Rajasthan Royals 165 for 6 (Hetmyer 59*, Gowtham 2-30) beat Lucknow Super Giants 162 for 8 (de Kock 39, Stoinis 38*, Chahal 4-41) by three runs
Having lost their fourth toss in four matches, Rajasthan Royals found a way to defend successfully for the third time in a highly tactical game. Royals promoted R Ashwin to No. 6 in the 10th over only for him to declare himself out in the 19th over to allow Riyan Parag hitting time in the middle. Lucknow Super Giants were not to be left behind: they promoted K Gowtham and Jason Holder as two wickets fell in the first over to make sure their main batters were not exposed to Trent Boult‘s swing.
A measure of how difficult it is to defend is that despite Shimron Hetmyer‘s assault towards the end of the first innings – he scored 38 off the last 15 balls he faced – despite Boult’s swing at the start to get KL Rahul first ball, despite Ashwin’s four overs for 20 runs, despite Yuzvendra Chahal‘s two overs in the last five to take four wickets, it came down to IPL debutant Kuldeep Sen having to defend 14 in the last over.
Unlike the India international Prasidh Krishna, who attempted yorkers in the 19th and conceded 19 to Marcus Stoinis – incidentally held back for just this role – Sen bowled length and wide outside off to bowl three dots to make it 14 needed off two. The four and six off the final two balls didn’t matter.
Quick start for Royals
Royals are by now used to the difficult task of batting first, and accordingly their openers came out firing. Jos Buttler got stuck into Holder, and Devdutt Padikkal, replacing Yashaswi Jaiswal at the top of the order, cut Ravi Bishnoi for two boundaries in the fourth over to make it 39 for 0.
Chameera, Avesh pull Royals back
Dushamntha Chameera then returned to bowl a three-run fifth over. Buttler felt obliged to go after the sixth over, but Avesh Khan was spot on with the first ball, finding the stumps. An almighty slowdown ensued even with Sanju Samson batting with all his intent. Overs five to 15 produced only four boundaries; the 11 overs went for just 53.
Four wickets fell, too. Samson missed a slower full toss from Holder, and a frustrated Padikkal fell to a reverse-sweep off Gowtham for a run-a-ball 29. When Gowtham turned the ball against the round-the-wicket angle to bowl Rassie van der Dussen, it was apparent this was not an easy pitch. That’s when Royals sent Ashwin out.
Ashwin breaks the shackles
Ashwin has batted in the top six previously in the IPL but typically in low-scoring games to stabilise tricky chases. This was the first time he was batting in the top six when setting a target. He was 9 off 14 at the start of the 16th over when he decided his job had been done. He began to hit out now, and sent Gowtham for successive sixes, only the third time he has hit more than one in an IPL innings.
Hetmyer flourishes amid chaos
After a boundary-less 17th over by Avesh, Hetmyer found the freedom against Holder, hitting the 18th over for two sixes and a four. Two balls into the 19th, Hetmyer was left stunned at the sight of Ashwin walking off and Parag walking in. That didn’t stop Hetmyer from hitting the next two balls for sixes – an upper-cut and a slog over midwicket. Holder tried yorkers in the last over, and Hetmyer and Parag hit a six each to give Royals just the finishing kick they needed.
Boult swings, LSG go funky
Boult has bowled the first ball of an innings 79 times. Only twice has he gone round the wicket, both times to Rahul. Boult said it was James Neesham’s suggestion at breakfast. Samson was told of the plan seconds before the start of the chase. Boult bowled it full, and got it to seam in. Rahul said he didn’t see it or he would have put some bat on it. It went past the inside edge, and bowled him.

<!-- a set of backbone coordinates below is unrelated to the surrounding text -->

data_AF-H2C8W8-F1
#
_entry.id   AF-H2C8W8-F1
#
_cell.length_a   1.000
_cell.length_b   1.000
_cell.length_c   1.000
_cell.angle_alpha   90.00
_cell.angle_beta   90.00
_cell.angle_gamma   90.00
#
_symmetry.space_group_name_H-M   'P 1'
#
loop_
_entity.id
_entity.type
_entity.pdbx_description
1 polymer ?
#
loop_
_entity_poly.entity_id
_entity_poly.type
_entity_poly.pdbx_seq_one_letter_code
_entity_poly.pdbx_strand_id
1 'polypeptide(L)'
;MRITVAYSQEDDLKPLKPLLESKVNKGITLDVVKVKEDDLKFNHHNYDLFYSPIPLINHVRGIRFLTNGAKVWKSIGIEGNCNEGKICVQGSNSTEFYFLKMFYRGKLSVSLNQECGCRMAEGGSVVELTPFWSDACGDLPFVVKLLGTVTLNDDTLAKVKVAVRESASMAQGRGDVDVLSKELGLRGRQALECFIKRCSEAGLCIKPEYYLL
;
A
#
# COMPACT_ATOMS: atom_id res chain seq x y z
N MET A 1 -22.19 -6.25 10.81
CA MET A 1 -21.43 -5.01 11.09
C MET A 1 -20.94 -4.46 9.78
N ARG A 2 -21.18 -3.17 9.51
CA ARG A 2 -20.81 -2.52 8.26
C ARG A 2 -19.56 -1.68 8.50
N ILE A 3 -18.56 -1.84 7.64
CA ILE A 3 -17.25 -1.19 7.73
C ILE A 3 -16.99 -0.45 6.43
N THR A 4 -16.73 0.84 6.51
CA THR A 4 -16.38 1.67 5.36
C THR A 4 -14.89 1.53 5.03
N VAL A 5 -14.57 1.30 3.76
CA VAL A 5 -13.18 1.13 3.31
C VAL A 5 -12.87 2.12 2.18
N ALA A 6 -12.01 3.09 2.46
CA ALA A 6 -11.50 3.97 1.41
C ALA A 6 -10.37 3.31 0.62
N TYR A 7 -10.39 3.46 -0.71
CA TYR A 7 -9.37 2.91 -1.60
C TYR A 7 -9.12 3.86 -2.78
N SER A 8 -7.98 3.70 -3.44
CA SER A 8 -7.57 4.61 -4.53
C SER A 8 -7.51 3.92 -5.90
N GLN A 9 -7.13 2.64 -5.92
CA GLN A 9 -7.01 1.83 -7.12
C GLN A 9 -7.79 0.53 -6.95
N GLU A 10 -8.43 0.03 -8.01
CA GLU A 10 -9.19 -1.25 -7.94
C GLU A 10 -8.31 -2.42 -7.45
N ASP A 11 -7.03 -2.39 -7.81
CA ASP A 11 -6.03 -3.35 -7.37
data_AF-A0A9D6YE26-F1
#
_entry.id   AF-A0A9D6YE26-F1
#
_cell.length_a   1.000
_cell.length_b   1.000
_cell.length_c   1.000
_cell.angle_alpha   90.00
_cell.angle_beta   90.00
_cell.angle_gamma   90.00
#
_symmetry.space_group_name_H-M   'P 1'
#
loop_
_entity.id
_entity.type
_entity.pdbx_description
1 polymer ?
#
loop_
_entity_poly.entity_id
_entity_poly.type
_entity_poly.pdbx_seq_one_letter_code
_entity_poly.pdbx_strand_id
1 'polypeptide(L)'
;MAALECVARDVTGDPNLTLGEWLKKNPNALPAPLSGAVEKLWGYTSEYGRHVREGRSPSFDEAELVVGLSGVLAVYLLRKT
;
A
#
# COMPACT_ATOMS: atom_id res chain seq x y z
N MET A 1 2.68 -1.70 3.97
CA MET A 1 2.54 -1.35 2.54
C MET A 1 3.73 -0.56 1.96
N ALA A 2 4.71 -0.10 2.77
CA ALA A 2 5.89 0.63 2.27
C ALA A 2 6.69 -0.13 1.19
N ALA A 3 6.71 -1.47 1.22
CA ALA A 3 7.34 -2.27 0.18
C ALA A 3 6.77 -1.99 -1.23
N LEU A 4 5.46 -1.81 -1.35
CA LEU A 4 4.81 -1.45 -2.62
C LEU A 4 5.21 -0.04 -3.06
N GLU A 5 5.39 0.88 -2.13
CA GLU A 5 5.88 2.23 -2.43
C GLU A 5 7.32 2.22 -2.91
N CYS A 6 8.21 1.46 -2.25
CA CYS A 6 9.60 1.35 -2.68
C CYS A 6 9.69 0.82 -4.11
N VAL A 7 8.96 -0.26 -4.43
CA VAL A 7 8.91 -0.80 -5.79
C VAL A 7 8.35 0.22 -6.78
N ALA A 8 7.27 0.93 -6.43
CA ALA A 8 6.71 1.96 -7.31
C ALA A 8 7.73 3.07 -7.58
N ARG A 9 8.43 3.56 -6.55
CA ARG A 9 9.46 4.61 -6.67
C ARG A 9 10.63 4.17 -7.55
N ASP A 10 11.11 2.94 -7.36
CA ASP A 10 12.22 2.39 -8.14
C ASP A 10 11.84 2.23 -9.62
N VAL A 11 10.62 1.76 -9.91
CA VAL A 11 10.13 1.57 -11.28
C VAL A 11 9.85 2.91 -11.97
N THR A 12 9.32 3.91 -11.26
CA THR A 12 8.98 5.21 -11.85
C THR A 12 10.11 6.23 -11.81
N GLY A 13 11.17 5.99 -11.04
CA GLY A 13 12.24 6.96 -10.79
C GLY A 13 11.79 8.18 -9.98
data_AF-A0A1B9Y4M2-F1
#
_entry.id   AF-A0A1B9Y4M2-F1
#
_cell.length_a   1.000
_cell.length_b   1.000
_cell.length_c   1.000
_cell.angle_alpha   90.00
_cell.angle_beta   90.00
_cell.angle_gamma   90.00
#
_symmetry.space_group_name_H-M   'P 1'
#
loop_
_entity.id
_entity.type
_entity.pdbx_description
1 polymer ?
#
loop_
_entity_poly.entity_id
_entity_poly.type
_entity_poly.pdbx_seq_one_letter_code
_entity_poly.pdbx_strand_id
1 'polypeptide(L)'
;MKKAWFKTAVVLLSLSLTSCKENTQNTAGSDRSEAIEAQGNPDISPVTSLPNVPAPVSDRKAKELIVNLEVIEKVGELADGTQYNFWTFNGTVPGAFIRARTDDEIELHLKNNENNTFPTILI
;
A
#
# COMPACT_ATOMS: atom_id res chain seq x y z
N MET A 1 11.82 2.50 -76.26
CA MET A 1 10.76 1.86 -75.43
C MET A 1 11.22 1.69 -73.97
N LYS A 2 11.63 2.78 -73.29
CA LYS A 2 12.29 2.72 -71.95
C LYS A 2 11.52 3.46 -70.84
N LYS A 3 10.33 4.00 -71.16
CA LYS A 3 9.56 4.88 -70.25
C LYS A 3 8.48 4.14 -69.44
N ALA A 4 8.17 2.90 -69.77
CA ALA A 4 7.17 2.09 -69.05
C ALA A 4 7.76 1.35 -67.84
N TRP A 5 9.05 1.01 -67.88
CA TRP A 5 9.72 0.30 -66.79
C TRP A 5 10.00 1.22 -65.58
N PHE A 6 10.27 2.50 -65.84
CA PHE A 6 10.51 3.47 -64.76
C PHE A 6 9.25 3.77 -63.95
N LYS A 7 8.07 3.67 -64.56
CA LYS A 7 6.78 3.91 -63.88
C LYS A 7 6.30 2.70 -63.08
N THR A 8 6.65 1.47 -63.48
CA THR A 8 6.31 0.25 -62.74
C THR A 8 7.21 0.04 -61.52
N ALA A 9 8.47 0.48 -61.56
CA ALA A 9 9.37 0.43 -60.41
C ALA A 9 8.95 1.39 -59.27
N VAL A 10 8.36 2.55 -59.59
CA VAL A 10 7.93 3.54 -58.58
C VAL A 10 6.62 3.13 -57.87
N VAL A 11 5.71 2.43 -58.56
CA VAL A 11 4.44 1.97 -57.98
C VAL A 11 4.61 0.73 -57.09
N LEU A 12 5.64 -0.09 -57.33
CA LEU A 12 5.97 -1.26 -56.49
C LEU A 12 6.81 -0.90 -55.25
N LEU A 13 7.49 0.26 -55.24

Now this can’t be a response to a first-ball wicket. LSG always wanted to go funky should they lose an early wicket because they wanted Stoinis to bat after the 15th. First came Gowtham. Boult went over the wicket to swing the ball back in and trap him dead in front. Then came Holder. With the ball moving around, the dots piled, and Holder fell trying to force Krishna’s hard lengths. Super Giants were 14 for 3 in the fourth over.
Spinners take over
If the plan was to be disruptive and aggressive with low-cost wickets, the Royals bowlers had now forced Super Giants to play old-fashioned cricket. Quinton de Kock – a poor match-up against both the spinners – and Deepak Hooda had to rebuild the innings. Just after the timeout at 52 for 3 in nine overs, Hooda tried to hit out, and Sen hit his wicket, much like Avesh did with Buttler earlier. When Chahal got rid of Ayush Badoni at the end of the 12th over, Super Giants promoted Krunal Pandya even if it meant having two left-hand batters in the middle. Samson, too, kept holding Chahal back for Stoinis.
Chahal delivers big blows
Super Giants kept holding back till the 15th over after which they needed 69 runs. With two Chahal overs in the bank, Samson also didn’t need to wait for Stoinis to arrive. In the 16th, Chahal dismissed both de Kock and Pandya. Soon, de Kock, who struggled for fluency throughout, found long-on with a vertical pull, and Pandya was defeated on the sweep.
In the 18th, Chahal got rid of Dushmantha Chameera too, but Avesh hit a six off the last ball of Chahal’s spell to keep Super Giants in the hunt. Just about.
With 34 needed off two overs, Royals predictably went to the senior bowler first to hopefully leave the youngster some cushion. Krishna, who has become a bit of a hard-lengths specialist for India, stuck with yorkers. Apart from a ramp for four, Stoinis’ other two sixes in the over came off missed yorkers. It was a little surprising that he would abandon his favoured length for yorkers, especially with a wet ball.
Sen’s lengths in the final over were in the slot, but he stayed wide of Stoinis’ reach. Stoinis tried one ramp and two hits down the ground, but couldn’t find the boundary.